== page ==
The journey of a thousand miles starts with a well-placed first step. If you and your spouse have ventured into the territory of rudeness toward one another, this exercise is for you. Resolve, that starting on Valentine’s Day, you will begin treating your spouse as if he or she were a valued customer at work. If your spouse is a tough customer, resolve to treat him or her as if this were a tough client that is essential for the success of your business. In other words, practice kindness, hospitality, and bear with him or her, one-day-at-a-time. One more thing, if you set an intention to do this exercise, then you must do it unilaterally. Your kindness and hospitality is not predicated upon his or her behavior. You can, however, decide to do this exercise as a couple, so long as you don’t use your spouse’s failures as an excuse to go back to your old ways. If necessary, consider calling a couple’s counselor for a few sessions. My number is 314. 503.8080.
For Marriages When Negativity has Established a Foothold
How, and what you think about your spouse will determine the level of marital satisfaction. Couples who are in a downward spiral tend to think of negative attributes when they think of their spouses. Since our actions always proceed from our thoughts, these negative inner thoughts about our spouse always influence our behavior toward them. Such behaviors have a way of setting in motion a self-reinforcing loop of negativity. A powerful way to bring more joy into your marriage is to intentionally change your mind.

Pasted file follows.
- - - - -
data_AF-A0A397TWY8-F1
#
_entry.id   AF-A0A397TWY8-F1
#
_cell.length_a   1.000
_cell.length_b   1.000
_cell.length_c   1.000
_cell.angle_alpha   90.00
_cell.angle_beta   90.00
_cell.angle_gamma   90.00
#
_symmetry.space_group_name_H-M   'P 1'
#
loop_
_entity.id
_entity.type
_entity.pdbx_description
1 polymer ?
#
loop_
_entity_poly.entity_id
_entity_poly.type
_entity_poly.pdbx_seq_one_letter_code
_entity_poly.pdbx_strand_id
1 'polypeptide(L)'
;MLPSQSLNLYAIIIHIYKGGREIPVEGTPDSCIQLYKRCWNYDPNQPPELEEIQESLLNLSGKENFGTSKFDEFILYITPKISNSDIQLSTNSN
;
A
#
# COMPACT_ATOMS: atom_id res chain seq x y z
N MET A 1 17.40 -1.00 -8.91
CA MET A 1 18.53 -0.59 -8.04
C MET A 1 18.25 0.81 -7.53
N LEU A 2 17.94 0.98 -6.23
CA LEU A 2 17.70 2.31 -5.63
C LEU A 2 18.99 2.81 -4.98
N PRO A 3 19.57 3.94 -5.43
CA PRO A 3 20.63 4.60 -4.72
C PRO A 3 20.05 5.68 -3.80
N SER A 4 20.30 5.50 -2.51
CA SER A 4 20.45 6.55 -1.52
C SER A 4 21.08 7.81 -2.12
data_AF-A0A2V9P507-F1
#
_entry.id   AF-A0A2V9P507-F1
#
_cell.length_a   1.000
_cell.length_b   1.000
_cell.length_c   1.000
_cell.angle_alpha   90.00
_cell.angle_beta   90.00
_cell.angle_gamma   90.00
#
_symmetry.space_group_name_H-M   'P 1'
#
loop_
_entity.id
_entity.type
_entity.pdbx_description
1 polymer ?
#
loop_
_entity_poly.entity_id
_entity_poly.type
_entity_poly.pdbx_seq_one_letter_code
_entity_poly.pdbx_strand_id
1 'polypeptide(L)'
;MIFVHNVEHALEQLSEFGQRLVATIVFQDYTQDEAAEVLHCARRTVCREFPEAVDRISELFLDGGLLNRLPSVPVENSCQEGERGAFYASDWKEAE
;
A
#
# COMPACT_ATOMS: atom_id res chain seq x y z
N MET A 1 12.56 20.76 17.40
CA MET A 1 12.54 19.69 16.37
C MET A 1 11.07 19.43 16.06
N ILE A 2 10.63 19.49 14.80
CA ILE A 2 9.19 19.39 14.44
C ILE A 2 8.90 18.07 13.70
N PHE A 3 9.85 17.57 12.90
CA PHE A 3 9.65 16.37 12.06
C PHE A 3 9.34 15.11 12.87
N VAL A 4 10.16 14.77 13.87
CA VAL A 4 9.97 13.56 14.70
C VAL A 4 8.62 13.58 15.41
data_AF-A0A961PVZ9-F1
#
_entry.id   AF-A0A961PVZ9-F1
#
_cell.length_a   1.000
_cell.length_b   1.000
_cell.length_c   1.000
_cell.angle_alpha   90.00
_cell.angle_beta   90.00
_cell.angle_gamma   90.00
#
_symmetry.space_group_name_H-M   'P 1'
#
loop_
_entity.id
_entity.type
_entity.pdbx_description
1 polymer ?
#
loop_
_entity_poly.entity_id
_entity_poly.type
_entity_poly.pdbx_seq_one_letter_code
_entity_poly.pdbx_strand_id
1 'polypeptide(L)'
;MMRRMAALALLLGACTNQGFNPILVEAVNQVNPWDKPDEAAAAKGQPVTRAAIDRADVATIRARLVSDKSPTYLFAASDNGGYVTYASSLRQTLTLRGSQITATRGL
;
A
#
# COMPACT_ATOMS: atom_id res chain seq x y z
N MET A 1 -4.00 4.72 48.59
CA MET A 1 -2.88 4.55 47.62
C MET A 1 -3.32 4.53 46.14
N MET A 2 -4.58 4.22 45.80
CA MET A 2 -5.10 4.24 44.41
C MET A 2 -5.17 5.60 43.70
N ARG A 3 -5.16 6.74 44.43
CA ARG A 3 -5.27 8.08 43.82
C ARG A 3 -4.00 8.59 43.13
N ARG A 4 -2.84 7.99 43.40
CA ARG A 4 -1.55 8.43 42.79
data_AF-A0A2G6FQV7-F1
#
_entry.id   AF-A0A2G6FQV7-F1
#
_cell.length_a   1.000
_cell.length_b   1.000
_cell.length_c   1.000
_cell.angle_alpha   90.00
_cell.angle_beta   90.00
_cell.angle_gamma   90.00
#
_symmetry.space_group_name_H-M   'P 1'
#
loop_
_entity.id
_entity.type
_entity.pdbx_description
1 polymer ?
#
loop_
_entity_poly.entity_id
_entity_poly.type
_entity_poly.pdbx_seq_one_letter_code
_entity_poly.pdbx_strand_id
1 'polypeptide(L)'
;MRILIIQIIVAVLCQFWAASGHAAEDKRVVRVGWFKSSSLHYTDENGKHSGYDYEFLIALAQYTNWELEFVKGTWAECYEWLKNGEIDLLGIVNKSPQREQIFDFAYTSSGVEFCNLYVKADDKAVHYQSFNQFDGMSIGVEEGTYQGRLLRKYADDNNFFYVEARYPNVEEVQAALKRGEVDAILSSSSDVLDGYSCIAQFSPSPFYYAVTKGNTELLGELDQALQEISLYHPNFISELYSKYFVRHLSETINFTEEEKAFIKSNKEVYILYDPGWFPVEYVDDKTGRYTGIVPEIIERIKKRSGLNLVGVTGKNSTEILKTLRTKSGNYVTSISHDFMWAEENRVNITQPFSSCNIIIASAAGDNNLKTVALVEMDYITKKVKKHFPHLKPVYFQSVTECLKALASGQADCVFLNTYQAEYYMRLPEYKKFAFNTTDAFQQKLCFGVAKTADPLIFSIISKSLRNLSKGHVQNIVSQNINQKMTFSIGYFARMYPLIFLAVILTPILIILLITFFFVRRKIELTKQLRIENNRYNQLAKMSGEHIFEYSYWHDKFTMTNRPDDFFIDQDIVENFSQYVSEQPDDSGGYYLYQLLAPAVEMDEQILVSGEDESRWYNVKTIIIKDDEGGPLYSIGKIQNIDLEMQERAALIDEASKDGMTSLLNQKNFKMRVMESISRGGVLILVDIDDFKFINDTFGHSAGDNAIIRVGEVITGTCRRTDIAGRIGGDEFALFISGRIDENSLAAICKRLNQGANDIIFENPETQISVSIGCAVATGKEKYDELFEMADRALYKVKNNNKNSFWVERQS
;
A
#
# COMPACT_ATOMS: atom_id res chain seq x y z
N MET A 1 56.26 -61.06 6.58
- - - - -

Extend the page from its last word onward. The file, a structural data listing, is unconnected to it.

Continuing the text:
In this exercise, each day, write down a gratitude list of all the nice things your spouse has done, or been for you on this day. Don’t be afraid to extrapolate from the data—if she did a nice thing, consider writing down that she is a nice person. Nothing is too small for writing down! Remember, the thing that drives you crazy about your spouse is usually the shadow side to a sparkling gift. For example, the person who can make spontaneous fun out of anything could also be the person that is not very well organized. Noticing disorganization as the shadow side of spontaneity may help in thinking of this issue in a more productive way.